The right investors

There is an investor at every company stage. If you are the CEO, it’s your job to find and secure meetings with the right investors for your market, stage, and business model.

Extensive and insightful article on how to find the right investor.

Raising capital for your start-up is a more than selling an equity ownership in your company.

What you are selling is trust & confidence that you’re going to build something of great valuable and that you’re going to be enjoyable to work with over the coming decade of each other’s lives.

Increase your odds of closing a deal by understanding how VC firms make decisions. Great article by entrepreneur-turned-VC Mark Suster.

You have spent months preparing meticulously for that crucial pitch to investors. The problem you are addressing is huge, your solution super-compelling, your pitch-deck stellar. And yet investors remain skeptical…

What is going on?

No matter how great your idea is, your most formidable obstacle is prospects’ adherence to the status quo. It’s that voice inside people’s heads that goes, We’ve gotten along just fine without it, and we’ll always be fine without it.

How can you help your audience overcome their resistance to change? One effective approach is to focus not so much on the “why” the world needs your idea, but why it needs it NOW. Find your “why now” and add credibility and urgency to your strategic story.

Great insights on successful pitching by strategic storyteller Andy Raskin.

Every startup needs at least one home run, one thing that will capture the audience almost instantly. And that is not necessarily your product. An amazing traction could be your home run. Perhaps your stellar team. Or maybe it is an investor or a board member you were able to recruit to your mission.

Before going to market or raising capital, sit, alone or with your team and ask yourselves “What is our home run?”.

Read the whole article for another great piece of advice.

Think of your investor pitch like a James Bond movie.

Everyone who watches Bond loves the opening sequence, before the titles come on: there is suspense, action, amazing stunts. Those first 5 minutes truly bring home why you love Bond, and that keeps you going through the next 2 hours of nonsensical plot twists.

In the same way, you need to convey the main reasons why an investor should love your business in the first 5 minutes of your presentation. Read here some great advice from the legendary team of Sequoia Capital.

Read more on pitching to investors.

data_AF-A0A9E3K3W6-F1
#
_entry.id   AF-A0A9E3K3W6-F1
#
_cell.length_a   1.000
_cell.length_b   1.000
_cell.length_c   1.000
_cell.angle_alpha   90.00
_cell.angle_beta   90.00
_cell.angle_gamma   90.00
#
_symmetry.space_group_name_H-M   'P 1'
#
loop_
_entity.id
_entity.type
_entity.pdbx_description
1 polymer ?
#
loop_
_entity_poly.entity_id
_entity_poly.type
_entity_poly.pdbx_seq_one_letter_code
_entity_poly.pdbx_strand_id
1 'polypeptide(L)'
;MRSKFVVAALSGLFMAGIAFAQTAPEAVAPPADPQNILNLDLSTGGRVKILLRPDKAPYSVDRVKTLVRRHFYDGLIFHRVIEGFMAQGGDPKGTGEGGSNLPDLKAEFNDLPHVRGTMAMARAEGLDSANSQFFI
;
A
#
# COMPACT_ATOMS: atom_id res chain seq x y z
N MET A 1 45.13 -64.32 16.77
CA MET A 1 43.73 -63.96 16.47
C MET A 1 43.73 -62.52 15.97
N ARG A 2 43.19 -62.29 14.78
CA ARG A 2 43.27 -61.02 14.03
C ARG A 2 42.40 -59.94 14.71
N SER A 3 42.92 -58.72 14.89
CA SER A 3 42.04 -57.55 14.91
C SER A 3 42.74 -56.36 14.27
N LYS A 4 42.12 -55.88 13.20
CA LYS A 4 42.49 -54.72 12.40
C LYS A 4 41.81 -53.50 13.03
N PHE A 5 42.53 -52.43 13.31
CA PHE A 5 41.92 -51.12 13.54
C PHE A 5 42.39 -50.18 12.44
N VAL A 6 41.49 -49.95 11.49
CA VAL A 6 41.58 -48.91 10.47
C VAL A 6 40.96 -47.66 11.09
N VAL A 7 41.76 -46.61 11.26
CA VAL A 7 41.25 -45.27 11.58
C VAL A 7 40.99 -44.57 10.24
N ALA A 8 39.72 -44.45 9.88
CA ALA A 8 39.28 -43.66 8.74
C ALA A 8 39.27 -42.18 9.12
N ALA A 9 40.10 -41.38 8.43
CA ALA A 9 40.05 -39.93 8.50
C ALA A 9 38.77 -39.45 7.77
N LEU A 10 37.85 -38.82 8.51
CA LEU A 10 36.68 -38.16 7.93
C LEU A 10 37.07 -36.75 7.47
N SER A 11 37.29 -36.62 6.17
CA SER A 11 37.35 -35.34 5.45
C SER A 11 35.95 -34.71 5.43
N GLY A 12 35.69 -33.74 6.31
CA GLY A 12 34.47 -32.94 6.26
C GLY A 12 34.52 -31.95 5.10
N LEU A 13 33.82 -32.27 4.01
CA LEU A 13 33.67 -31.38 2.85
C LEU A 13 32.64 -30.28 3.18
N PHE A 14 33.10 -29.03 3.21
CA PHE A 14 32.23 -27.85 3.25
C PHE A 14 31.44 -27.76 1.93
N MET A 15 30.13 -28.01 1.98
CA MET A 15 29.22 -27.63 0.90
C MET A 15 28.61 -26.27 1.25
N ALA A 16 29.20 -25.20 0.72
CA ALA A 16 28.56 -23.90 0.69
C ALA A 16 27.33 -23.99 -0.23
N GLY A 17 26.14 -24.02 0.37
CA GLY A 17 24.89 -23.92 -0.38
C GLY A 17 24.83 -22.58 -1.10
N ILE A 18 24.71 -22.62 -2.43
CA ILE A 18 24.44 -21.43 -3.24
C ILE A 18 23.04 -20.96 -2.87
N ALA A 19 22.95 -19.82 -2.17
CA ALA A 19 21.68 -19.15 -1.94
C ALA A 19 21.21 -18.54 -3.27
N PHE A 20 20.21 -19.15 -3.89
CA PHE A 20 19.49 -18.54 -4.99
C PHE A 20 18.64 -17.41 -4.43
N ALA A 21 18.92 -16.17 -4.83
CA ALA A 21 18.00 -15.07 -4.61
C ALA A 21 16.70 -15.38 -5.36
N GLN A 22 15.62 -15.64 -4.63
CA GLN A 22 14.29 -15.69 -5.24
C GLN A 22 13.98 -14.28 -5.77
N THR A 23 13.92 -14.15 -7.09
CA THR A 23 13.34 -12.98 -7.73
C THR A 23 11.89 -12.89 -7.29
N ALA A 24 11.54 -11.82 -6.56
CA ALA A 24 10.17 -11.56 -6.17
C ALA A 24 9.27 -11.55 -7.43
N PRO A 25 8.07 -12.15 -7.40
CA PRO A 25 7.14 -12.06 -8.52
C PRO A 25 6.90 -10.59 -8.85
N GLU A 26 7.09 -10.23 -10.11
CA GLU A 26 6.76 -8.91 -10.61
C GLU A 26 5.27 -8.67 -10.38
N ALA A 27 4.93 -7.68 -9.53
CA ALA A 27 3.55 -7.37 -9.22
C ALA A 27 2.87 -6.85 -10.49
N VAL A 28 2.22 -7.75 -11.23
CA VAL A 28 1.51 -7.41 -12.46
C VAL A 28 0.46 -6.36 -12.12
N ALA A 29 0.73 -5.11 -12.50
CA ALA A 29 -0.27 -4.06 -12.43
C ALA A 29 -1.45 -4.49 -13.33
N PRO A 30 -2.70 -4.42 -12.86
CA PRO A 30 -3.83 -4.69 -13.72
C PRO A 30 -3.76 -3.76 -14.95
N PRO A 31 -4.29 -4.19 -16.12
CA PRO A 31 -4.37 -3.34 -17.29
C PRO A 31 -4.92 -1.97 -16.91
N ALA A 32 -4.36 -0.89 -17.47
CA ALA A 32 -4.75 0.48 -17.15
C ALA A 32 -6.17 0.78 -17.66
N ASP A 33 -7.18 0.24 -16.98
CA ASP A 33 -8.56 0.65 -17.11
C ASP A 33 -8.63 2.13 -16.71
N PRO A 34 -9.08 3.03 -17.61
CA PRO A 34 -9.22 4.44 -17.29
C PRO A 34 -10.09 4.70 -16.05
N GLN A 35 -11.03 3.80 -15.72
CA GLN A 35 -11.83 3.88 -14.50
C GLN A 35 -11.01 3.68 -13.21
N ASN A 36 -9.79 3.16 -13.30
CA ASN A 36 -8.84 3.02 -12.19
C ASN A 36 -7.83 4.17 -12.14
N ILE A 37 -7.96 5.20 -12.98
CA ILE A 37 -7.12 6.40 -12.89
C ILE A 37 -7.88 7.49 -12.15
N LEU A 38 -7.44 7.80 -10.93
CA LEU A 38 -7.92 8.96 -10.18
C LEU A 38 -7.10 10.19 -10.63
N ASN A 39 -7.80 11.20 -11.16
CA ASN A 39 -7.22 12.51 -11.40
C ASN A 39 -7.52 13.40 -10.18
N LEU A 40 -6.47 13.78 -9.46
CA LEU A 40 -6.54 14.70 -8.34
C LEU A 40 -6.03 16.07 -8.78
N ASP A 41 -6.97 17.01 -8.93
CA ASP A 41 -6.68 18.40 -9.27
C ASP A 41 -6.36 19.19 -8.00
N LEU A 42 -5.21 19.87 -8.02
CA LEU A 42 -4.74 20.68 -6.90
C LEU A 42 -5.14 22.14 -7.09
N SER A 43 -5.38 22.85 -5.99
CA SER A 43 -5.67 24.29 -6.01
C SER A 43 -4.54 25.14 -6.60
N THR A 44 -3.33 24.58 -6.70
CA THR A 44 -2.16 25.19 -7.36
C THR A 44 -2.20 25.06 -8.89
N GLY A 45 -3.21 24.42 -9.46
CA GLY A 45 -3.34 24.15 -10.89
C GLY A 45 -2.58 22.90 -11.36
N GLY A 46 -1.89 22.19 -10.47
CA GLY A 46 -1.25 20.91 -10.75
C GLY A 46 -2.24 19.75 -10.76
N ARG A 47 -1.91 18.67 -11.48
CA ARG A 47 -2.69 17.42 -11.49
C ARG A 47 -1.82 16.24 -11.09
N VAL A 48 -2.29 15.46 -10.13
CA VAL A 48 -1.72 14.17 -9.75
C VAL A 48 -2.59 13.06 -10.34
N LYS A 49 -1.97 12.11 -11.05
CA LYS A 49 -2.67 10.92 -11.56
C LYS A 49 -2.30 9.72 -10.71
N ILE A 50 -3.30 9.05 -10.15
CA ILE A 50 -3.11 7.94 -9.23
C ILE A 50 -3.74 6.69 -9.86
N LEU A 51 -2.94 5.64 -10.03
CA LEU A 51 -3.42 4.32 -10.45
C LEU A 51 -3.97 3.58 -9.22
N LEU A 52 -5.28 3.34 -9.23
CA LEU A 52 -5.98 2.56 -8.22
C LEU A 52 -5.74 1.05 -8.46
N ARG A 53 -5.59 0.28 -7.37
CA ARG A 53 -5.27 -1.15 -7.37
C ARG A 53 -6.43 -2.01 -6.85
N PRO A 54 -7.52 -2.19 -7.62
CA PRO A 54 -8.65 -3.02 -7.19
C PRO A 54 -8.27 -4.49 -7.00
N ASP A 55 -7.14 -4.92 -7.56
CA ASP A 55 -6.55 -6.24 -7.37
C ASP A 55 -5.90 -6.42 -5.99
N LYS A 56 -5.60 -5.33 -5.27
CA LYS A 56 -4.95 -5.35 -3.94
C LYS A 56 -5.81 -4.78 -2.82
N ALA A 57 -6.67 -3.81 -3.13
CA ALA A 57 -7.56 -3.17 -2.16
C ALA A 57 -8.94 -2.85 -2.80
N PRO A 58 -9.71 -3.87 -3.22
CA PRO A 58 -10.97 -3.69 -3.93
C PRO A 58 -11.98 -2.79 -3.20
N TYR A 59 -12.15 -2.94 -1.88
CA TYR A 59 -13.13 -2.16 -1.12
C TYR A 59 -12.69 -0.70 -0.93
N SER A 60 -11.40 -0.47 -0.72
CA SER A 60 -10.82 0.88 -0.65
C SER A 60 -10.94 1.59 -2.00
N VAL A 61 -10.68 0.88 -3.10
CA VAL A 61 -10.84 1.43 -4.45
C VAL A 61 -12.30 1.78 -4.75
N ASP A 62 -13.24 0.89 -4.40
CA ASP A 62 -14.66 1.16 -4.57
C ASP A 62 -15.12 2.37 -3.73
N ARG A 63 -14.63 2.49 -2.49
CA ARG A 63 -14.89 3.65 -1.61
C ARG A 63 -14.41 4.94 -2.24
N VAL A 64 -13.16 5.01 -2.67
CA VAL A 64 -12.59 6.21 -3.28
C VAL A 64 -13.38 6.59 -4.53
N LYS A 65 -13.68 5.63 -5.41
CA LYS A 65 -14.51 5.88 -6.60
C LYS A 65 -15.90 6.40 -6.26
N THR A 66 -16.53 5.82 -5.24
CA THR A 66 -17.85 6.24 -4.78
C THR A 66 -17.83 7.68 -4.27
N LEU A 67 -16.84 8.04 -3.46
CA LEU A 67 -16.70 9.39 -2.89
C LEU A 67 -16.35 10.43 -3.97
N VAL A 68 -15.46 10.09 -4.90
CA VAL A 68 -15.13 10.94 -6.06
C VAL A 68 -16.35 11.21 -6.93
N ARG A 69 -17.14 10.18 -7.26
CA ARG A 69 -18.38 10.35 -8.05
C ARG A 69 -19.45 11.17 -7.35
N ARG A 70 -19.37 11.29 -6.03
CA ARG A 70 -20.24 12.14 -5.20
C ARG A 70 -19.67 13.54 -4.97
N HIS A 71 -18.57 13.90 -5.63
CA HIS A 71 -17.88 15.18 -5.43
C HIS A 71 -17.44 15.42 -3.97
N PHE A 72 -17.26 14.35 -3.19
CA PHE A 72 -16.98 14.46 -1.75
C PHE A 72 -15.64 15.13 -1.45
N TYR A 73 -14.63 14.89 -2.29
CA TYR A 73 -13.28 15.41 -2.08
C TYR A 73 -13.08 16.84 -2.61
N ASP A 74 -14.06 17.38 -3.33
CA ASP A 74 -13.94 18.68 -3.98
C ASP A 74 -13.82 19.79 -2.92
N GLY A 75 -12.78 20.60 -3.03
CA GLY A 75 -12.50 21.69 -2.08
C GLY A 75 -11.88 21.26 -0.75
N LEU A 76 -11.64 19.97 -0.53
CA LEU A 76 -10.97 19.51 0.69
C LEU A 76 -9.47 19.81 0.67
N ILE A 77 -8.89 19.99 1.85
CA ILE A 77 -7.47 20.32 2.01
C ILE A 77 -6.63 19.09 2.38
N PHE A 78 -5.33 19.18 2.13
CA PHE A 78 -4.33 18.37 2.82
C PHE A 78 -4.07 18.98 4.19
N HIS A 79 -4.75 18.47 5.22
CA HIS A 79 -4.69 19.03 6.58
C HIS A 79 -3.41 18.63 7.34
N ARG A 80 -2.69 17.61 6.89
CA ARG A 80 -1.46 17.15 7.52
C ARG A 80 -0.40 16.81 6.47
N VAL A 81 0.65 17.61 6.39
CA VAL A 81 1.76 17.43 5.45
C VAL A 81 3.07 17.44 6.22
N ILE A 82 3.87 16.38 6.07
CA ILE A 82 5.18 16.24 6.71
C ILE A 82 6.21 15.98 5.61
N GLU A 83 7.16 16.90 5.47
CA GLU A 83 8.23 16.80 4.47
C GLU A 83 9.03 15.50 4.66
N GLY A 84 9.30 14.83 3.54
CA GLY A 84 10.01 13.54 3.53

Have you ever left a pitch and wondered what investors really thought about you?

According to a survey, nothing makes investors lose their interest faster than entrepreneurs who cannot clearly explain their business model, financials or metrics (the Financially Challenged).

But there are more aspects that are major turn-offs for investors. Like the inability to communicate effectively (the Ramblers); reacting defensively and being unwilling to accept feedback (the Know-It-Alls), or being too emotional or “salesy” (the Drama Queens). Here are the top 8 things that make investors cringe.

Read more about pitching to investors.

Pitching your business to VCs is much harder if you are a woman. A growing body of evidence shows that female entrepreneurs in all lines of business receive significantly less funding than their male counterparts (1, 2, 3). A recent article (4) discusses where the bias may start and what you can do about it.

Some key insights from the study:

  • VCs tended to ask women questions about the potential for losses – men about the potential for gains. Interestingly, both men and women who evaluate startups appeared to display the same bias in their questioning,
  • Most entrepreneurs responded in a manner that matched the type of questions they were asked, namely focusing on safety, responsibility, and security – as opposed to hopes, achievements, and ideals).
  • Responding in kind to these questions, female entrepreneurs penalized their start-ups by remaining in the realm of losses.

The good news: you can learn to recognize this pattern and frame your responses to benefit your startup.

“When it comes to venture funding, entrepreneurs need to convince prospective investors of their startups’ “home run” potential — it’s not enough to simply demonstrate that they’re unlikely to lose investors’ money.”

Read more on business pitches


  1. Malin Malmstrom, Jeaneth Johansson, Joakim Wincent; HBR, May 17, 2017.
  2. Kimberly Weisul; INC. Magazine, November 2016.
  3. Katherine Hays; Knowledge@Wharton, May 2016.
  4. Dana Kanze, Laura Huang, Mark A. Conley, E. Tory Higgins; HBR, June 27, 2017.

Pitching to investors? 3 critical things you need to pay attention to:

  1. Start by stating clearly what you are about—investors are an impatient bunch!
  2. Deal with the elephant in the room early in your pitch—and there is always an elephant in the room.
  3. Use slides that truly say what you want to say—no need to use all the 87 slides of your corporate deck.

Very insightful article by former McKinsey consultant and presentation designer Jan Schultink.

Read more on business presentations.

Want to learn what a successful pitch looks like? Wharton professor Adam Grant has 3 great tips for us:

1. Spell out the Problem, Not Just the Solution.
Before people will believe that your idea will make the world better, you have to explain what’s wrong with the world right now.

2. Involve the Audience
Great entrepreneurs don’t lecture, they involve in a dialogue.

3.  Acknowledge Your Limitations
If you are willing to speak openly about the downsides of your business, it must have some pretty substantial upsides.

As the author says, “The world doesn’t suffer from a shortage of great ideas. It suffers from a shortage of knowledge about how to communicate them.”

Read his complete blog.